A slave named Dred Scott was bought in 1832 by an Army surgeon, Dr. John Emerson of St. Louis, Missouri. Scott married a woman named Harriet and over time they had two daughters,3 all of whom were Dr. Emerson’s property under Missouri law. As Dr. Emerson traveled from post to post, the slave family went with him, through multiple slave states, at least one free state (Illinois) and the Wisconsin Territory. In 1840, Emerson was transferred to Florida, and rather than take the Scotts with him, he hired them out and collected their wages. After Dr. Emerson died in 1843, and his wife Irene continued the practice. In 1846, the Scotts attempted to purchase their family’s emancipation from Irene, who refused.

They then sued for their freedom with the aid of abolitionist activists, relying upon an 1824 Missouri legal precedent which held, “Once free, always free.” Since they had traveled to Illinois and the Wisconsin territory, they argued, they had been emancipated. Eventually their cases were combined. The case was appealed to the Missouri Supreme Court, where the Scotts lost, and then was taken up by the U.S. Supreme Court.

Thus, Dred Scott v. Sandford, 60 U.S.393 (1857) became a “test case” useful to anti-slavery activists. The ploy was to pinion slavery as opposed to principles of Federalism, because the Missouri Compromise and Illinois law both did not recognize slavery, and Missouri law held that “once free, always free,” so the Scotts were already free by virtue of Dr. Emerson having taken them into non-slavery jurisdictions.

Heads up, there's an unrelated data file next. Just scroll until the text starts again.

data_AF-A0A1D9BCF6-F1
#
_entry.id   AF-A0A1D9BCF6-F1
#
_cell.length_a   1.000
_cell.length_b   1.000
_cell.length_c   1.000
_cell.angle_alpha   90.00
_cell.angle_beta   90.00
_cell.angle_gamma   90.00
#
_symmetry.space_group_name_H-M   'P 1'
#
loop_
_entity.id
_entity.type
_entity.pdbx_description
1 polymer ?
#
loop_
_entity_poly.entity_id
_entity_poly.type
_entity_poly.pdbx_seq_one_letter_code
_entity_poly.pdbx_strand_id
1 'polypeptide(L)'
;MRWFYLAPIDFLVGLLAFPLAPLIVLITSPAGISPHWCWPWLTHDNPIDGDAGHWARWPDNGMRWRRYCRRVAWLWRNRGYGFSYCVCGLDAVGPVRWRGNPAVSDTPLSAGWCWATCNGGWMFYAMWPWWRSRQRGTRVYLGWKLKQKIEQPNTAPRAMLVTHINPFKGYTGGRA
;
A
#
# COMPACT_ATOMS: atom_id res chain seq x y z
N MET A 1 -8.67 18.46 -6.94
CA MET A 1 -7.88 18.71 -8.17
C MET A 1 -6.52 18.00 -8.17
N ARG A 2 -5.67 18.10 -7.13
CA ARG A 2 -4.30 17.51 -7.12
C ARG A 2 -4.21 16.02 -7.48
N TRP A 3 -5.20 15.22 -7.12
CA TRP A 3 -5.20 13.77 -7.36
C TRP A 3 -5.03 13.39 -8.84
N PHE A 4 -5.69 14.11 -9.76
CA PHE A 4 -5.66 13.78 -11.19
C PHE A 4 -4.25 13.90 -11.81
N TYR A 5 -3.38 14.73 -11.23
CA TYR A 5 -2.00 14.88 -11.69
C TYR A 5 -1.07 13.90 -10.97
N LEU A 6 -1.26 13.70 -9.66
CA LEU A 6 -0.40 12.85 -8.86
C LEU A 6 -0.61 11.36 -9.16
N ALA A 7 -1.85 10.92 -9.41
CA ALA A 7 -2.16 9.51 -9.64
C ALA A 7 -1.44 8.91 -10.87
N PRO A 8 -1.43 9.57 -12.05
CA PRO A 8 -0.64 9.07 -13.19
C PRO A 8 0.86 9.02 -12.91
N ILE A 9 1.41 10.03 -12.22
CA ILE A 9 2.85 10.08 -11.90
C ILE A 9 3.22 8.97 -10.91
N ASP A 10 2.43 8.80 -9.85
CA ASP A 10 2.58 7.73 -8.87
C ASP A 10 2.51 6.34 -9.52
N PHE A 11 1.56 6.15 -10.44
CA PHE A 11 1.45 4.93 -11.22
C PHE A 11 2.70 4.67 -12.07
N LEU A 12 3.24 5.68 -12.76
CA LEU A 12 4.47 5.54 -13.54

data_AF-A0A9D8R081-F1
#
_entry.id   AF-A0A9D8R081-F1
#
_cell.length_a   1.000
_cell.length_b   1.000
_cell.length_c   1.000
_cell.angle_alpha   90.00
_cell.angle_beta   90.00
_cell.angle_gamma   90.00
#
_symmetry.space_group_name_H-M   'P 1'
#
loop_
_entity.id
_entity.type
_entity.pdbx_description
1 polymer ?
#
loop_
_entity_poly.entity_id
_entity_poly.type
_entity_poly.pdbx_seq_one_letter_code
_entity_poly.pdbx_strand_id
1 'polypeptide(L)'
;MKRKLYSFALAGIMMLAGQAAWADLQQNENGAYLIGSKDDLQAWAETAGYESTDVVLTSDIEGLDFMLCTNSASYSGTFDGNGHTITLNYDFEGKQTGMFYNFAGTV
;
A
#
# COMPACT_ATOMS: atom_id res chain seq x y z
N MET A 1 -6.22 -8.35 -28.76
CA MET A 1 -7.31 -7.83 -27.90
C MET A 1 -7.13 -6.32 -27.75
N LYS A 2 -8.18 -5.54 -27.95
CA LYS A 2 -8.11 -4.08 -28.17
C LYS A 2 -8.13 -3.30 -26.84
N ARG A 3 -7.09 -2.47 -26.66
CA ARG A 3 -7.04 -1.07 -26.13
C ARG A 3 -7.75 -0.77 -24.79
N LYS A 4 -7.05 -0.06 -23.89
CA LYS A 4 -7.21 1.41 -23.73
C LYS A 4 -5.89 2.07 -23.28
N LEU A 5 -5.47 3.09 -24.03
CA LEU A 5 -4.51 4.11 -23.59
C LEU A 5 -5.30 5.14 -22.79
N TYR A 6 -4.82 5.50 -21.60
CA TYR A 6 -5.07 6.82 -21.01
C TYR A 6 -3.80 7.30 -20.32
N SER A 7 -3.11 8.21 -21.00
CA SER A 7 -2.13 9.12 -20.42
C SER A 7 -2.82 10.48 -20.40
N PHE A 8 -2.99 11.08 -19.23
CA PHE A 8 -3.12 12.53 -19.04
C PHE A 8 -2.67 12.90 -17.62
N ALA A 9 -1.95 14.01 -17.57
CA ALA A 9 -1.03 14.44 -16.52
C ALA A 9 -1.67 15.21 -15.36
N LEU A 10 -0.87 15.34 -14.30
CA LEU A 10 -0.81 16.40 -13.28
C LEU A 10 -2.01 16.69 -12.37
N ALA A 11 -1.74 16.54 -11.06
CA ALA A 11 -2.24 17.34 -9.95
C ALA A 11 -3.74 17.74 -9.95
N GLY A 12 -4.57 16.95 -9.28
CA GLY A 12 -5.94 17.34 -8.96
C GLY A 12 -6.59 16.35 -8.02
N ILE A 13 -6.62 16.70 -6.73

Taney led the Court to a decision against the Scotts. He wrote into his own opinion an argument he had previously advanced while serving as Attorney General: because the Constitution as originally drafted always contemplated accommodation for slavery, and distinguished between black slaves and citizens, blacks have never been and can never be citizens of the United States nor of any state therein.

Thus, Taney reasoned, only the owner of a slave could emancipate him, not any law of any state nor of the Federal government.

Moreover, Taney ruled that a state’s claim that a black man was a citizen was a nullity, and certainly would not carry back over to the slave state of Missouri should the slave ever return there.4

Finally and most breathtakingly, to the extent that Congress had prohibited ownership of “property” in Federal territories north of an arbitrary geographic line in the Missouri Compromise, it violated the Fifth Amendment’s prohibition of deprivation of property without due process of law and was therefore unconstitutional. This was only the second time in the Court’s history that an Act of Congress was held by the Supreme Court to have violated the Constitution, invoking as its closest precedent the even more political case of Marbury v. Madison.